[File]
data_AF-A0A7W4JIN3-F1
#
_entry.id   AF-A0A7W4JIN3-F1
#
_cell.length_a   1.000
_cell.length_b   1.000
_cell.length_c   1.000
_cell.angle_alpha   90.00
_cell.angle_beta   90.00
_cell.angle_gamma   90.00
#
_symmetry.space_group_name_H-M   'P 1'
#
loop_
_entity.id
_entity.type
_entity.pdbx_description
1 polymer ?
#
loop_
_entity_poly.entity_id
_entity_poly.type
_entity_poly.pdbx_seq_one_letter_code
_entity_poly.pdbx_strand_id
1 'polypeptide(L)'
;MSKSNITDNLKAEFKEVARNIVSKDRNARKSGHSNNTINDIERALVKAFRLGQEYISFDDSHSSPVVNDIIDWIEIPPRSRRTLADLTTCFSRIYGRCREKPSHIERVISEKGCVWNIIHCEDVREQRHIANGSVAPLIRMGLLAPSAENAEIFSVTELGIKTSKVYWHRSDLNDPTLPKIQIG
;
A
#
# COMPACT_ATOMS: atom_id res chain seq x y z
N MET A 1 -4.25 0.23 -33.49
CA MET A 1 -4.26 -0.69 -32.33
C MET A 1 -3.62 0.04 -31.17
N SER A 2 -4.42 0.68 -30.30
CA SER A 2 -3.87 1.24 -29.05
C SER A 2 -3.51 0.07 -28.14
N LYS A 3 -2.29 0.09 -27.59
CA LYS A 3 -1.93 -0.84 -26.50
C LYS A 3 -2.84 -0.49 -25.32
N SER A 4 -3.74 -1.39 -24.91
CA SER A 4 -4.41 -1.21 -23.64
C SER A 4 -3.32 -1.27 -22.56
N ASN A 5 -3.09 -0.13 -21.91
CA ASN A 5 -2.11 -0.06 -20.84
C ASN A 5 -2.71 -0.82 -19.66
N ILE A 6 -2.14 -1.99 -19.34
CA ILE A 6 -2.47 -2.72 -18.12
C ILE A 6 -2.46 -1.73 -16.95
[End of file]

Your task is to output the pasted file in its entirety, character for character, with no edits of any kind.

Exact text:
data_AF-A0A7W4JIN3-F1
#
_entry.id   AF-A0A7W4JIN3-F1
#
_cell.length_a   1.000
_cell.length_b   1.000
_cell.length_c   1.000
_cell.angle_alpha   90.00
_cell.angle_beta   90.00
_cell.angle_gamma   90.00
#
_symmetry.space_group_name_H-M   'P 1'
#
loop_
_entity.id
_entity.type
_entity.pdbx_description
1 polymer ?
#
loop_
_entity_poly.entity_id
_entity_poly.type
_entity_poly.pdbx_seq_one_letter_code
_entity_poly.pdbx_strand_id
1 'polypeptide(L)'
;MSKSNITDNLKAEFKEVARNIVSKDRNARKSGHSNNTINDIERALVKAFRLGQEYISFDDSHSSPVVNDIIDWIEIPPRSRRTLADLTTCFSRIYGRCREKPSHIERVISEKGCVWNIIHCEDVREQRHIANGSVAPLIRMGLLAPSAENAEIFSVTELGIKTSKVYWHRSDLNDPTLPKIQIG
;
A
#
# COMPACT_ATOMS: atom_id res chain seq x y z
N MET A 1 -4.25 0.23 -33.49
CA MET A 1 -4.26 -0.69 -32.33
C MET A 1 -3.62 0.04 -31.17
N SER A 2 -4.42 0.68 -30.30
CA SER A 2 -3.87 1.24 -29.05
C SER A 2 -3.51 0.07 -28.14
N LYS A 3 -2.29 0.09 -27.59
CA LYS A 3 -1.93 -0.84 -26.50
C LYS A 3 -2.84 -0.49 -25.32
N SER A 4 -3.74 -1.39 -24.91
CA SER A 4 -4.41 -1.21 -23.64
C SER A 4 -3.32 -1.27 -22.56
N ASN A 5 -3.09 -0.13 -21.91
CA ASN A 5 -2.11 -0.06 -20.84
C ASN A 5 -2.71 -0.82 -19.66
N ILE A 6 -2.14 -1.99 -19.34
CA ILE A 6 -2.47 -2.72 -18.12
C ILE A 6 -2.46 -1.73 -16.95